Though various sources are in conflict as to the specifics, this depot is thought to have been built by the Southern Railway between 1900-1910. It has been in use by an agribusiness company for many years.
Tag Archives: Ludowici Tile
Isadore “Izzie” Bashinski (1875-1934), who was a college roommate of Carl Vinson, moved to Dublin in 1906 and formed the Yellow Pine Lumber Company and the Oconee Navigation Company. By the end of the year he married Helen McCall, a native of Buena Vista and cousin of future Georgia governor Eugene Talmadge. Soon thereafter, they hired architect Charles Choate to build this home, one of the most unique in Dublin. It was the scene of many important social functions, including a gala with Governor Joseph M. Brown in 1908. Bashinski served on the staff of Governor Brown. Cotton was king in the South during this time, of course, and Bashinski and his brother Sam made a fortune as cotton factors, or brokers. Their Dixie Cotton Company was the largest in the south, with 25 branches throughout Georgia. Bashinski was an early proponent of business diversity and over the years formed the Consolidated Phosphate Company, Dublin Peanut Company, Citizens Loan & Guaranty Company, and the Oconee Guano Company. He was also a partner in the 12th Disctrict Fair Association, was a member of the first board of the Dublin Chamber of Commerce, the school board, and the city council. He also served as mayor during World War I. The Great Depression hit Bashinski’s multitude of businesses hard and in 1932 the family lost the home. It was purchased by Dr. E. B. Claxton, whose family remained in it for many years. Scott Thompson covers much more ground at his excellent local history page, Pieces of Our Past.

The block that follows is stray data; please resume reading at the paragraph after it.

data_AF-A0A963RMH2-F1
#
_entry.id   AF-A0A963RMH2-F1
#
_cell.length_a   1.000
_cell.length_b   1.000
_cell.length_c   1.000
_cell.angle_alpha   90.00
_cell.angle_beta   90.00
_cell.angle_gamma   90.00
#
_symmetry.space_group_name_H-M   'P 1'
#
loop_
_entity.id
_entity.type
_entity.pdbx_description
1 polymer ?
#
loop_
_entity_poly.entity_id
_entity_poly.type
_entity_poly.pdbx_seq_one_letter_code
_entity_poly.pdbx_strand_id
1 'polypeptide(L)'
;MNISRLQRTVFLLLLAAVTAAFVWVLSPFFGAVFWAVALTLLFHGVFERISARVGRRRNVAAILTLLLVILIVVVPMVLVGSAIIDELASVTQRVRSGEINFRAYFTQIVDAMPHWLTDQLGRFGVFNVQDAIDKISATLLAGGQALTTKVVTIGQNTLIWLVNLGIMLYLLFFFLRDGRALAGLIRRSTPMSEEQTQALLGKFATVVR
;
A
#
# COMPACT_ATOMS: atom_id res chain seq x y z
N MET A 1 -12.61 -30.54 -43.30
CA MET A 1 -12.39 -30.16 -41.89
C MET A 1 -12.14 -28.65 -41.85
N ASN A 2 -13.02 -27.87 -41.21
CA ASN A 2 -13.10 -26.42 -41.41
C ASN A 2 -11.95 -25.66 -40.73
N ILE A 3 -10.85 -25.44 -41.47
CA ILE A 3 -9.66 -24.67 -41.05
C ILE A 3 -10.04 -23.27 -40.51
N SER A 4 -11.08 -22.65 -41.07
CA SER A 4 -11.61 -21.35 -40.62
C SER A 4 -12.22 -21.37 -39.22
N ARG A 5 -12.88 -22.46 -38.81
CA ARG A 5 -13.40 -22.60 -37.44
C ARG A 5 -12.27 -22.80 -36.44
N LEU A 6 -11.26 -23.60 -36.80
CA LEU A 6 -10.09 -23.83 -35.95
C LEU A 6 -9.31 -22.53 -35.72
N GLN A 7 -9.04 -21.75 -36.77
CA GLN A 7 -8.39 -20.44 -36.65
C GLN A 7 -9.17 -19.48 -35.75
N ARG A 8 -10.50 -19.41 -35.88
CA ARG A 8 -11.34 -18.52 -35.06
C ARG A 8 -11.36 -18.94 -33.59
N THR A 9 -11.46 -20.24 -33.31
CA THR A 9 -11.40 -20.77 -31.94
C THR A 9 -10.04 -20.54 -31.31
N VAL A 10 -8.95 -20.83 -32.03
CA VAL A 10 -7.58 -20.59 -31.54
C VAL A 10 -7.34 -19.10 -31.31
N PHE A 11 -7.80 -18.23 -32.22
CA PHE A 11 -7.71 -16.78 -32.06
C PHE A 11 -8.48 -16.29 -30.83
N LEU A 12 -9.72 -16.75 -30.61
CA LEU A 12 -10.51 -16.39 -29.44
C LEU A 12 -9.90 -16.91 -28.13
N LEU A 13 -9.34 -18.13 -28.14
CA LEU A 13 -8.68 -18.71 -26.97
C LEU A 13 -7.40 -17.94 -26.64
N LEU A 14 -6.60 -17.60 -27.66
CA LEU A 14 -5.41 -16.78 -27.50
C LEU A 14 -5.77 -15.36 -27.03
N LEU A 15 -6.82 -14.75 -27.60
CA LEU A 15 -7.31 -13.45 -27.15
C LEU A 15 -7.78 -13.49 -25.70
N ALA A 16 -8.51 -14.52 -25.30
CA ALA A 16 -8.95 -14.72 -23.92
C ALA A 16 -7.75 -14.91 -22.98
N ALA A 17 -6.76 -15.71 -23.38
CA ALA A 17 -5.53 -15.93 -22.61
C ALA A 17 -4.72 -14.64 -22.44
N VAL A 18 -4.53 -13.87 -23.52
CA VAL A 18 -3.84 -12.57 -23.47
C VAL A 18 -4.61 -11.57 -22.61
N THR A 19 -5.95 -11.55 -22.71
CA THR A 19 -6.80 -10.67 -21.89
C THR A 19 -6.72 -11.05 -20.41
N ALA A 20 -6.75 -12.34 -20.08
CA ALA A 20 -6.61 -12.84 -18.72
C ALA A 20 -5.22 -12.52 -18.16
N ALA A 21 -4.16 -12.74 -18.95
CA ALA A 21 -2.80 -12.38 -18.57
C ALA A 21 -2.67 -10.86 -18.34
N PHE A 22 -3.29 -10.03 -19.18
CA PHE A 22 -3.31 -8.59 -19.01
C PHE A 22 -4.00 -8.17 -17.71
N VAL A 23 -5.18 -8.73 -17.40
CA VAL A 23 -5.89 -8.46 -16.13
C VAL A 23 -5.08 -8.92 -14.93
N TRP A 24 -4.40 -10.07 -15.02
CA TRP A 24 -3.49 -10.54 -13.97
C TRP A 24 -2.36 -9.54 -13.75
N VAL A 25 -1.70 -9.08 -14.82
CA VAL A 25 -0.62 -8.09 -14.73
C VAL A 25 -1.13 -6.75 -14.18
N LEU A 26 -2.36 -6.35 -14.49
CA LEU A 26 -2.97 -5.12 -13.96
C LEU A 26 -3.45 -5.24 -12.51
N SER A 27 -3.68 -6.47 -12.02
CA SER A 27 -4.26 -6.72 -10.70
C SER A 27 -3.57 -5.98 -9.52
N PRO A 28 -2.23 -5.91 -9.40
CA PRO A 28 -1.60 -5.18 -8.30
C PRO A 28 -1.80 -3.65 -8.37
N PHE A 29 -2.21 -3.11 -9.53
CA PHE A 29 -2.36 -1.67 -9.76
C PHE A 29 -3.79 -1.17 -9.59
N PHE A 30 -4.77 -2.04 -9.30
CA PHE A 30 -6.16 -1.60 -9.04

Stubbs Park-Stonewall Street Historic District, National Register of Historic Places
This is an early vernacular house with Ludowici tile roofing. The central chimney could indicate a saddlebag origin. It’s thought to be the last survivor of the factory housing built for the Ludowici tile factory; residents note that there were once quite a few of these, and the neighborhood was known as the “White Line”.